Cllr Sanders responds on Landlord Licensing

Councillor Darren Sanders gave his update to today's full council meeting.

"Well hello again my Lord Mayor and welcome to a new concept. For some of you this is new, for many this is not the first time this topic has been discussed. Not the second time either, nor the third. It's the fourth. I have heard of best of three, but best of five is a little extreme.

Now last time I was too ill to take part. Sadly, you are not so lucky now.

My flippancy hides the fact that there is something that unites all of us. We all want to see better standards in the private rented sector. We need it to flourish because without it we would not have the room to house all of those who need a home in our city.

To do that means change. Rental costs are too high too often. The bad landlords, poor properties and insecure tenancies that do exist are stopping people from entering the sector. The bad tenants that exist are stopping landlords from taking people that need a home the most. The ogres they think exist everywhere because they exist somewhere must be tackled if reform is to happen.

That is why this administration, rather than conduct kneejerk action, is consulting on a strategy to deal with the sector as a whole. And on that basis, I have asked officers to take this motion as on the order paper as Labour's official response to that consultation.

That means that, as with all of the nearly four hundred responses we have had so far, we will consider what is in it.

However, as a motion to be passed at Council, this has real problems. Hence, we support the Conservative amendment now as we did last October, as it highlights real concerns we see from the evidence, and propose some things of our own that rectify the more glaring errors.

The first is the factual errors. The July twenty nineteen motion mentioned did not include additional licensing, which licenses smaller HMOs. This amendment puts that right.

The motion talks of complaints rising in all privately-rented homes. That is not the evidence councillor Corkery and I have seen, which shows issues in areas with high concentrations of HMOs, a much smaller group.  This amendment puts that right.

The motion asks for us to take action on asb, yet forgets I had asked officers to do just that at a meeting last month where Councillor Corkery was present. This amendment puts that right.

The motion overlooks what Council agreed last October, that all policies need to look at improving property conditions. This amendment puts that right.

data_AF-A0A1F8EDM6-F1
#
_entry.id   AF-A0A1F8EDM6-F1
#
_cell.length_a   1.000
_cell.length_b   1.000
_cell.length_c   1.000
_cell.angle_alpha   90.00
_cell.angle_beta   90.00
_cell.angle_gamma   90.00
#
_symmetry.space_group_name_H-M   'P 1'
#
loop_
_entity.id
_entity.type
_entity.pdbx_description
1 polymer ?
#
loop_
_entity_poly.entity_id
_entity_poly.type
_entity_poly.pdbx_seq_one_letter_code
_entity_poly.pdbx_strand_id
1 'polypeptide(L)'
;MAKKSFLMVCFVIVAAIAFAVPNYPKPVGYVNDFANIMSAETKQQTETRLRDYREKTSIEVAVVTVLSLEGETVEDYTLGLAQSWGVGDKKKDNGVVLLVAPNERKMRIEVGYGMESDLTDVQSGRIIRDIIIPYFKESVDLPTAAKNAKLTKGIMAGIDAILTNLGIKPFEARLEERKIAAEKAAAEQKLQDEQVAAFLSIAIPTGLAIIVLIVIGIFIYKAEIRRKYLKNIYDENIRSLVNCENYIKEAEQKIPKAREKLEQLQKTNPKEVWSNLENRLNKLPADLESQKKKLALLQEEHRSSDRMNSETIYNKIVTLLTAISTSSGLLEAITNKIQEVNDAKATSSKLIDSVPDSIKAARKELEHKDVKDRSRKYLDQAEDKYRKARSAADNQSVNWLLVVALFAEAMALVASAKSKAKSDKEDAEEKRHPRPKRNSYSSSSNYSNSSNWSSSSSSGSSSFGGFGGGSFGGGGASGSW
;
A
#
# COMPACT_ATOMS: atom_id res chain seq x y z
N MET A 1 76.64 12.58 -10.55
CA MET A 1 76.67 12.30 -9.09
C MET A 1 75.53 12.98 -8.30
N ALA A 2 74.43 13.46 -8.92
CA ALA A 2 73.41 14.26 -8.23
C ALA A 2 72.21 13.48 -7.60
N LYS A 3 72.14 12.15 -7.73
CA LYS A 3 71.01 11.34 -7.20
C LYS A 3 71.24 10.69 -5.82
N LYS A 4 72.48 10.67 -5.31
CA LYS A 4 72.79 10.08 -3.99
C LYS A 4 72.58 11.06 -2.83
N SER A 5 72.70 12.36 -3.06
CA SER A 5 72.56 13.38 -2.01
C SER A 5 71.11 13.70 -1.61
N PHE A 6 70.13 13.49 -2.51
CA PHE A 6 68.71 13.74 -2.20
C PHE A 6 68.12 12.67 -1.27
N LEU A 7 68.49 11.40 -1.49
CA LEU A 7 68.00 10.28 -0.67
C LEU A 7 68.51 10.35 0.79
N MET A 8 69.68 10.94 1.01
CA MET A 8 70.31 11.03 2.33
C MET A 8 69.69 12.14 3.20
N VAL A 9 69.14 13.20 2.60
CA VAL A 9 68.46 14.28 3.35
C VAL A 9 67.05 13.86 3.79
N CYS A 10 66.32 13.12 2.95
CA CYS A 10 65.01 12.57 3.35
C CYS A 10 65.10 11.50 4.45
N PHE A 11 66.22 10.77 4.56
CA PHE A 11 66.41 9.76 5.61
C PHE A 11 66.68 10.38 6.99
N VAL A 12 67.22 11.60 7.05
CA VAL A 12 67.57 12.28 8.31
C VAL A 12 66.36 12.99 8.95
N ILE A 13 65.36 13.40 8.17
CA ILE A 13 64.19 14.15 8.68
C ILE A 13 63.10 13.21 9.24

The second error is that this motion ignores what is already happening to help private tenants and landlords.

More rent deposits and trialling a bond scheme to help people get the money they need for a place.

Working with good landlords on cutting form filling in exchange for lower rents, while prosecuting bad ones.

Helping tenants look after their finances so they can pay their bills.

Putting privately rented homes at the heart of our strategy to tackle fuel poverty.

This amendment puts that right.

It reflects reality, not political dogma. Many tenants tell the Council they feel trapped. Many landlords say they need help as they fell into it by accident. This council wants to work with both on practical solutions. When Labour says rough sleepers should not go where landlords put profits first, they think: if it's not good enough for them, why is it good for me?

The options in this draft strategy are ambitious and we are open to more, provided they really work. And they contrast with the motion's final error. The sense that has pervaded all four discussions: that one policy - selective licensing - will solve everything.

That is flawed. Even reviews that back it say this licensing must not be introduced in isolation. Yet that is what I see in this motion.

Selective licensing also does not do what people want it to. I remember the first time this was raised hearing horrible stories of poor property conditions. They need tackling. They are the main reasons councils bring in selective licensing. There is only one problem: such conditions do not form part of the selective licence, making it about as effective as a chocolate fireguard in the Sahara.

It also does not relate to the evidence here. Newham is often mentioned. Well, officers have talked with Newham. The Private Sector Housing Manager used to work there. They say the situation there is very different to here. The levels of antisocial behaviour there is a world away, for instance.

Or take Blackpool, another flagship Labour authority. They brought in selective licensing, yes, but they told me it did not tackle the real causes. Only when they started buying the former run-down B&Bs that became substandard HMOs did the problem decline.  

In contrast, additional licensing can work. I brought it in and, consultation permitting, I hope to bring it back. It is based in evidence of where problems lie: areas with high concentrations of HMOs. Areas like East St Thomas - and I wish to praise Martin, Hazel, the Neighbourhood Forum and their political representatives Councillor Tom Wood, Councillor Attwell and you, Lord Mayor, for influencing the Council's thinking on this.

So, this administration agrees with Labour's diagnosis: the sector needs reform. But our approach is much more ambitious than one policy. I take the motion as one response among four hundred to our consultation and, on that basis, welcome it. But the evidence says a single, flawed solution will not deliver that reform. Private landlords and their tenants deserve something more ambitious. And that is what this administration wants too. Thank you."

Councillor Darren Sanders
Cabinet Member for Housing & Preventing Homelessness 

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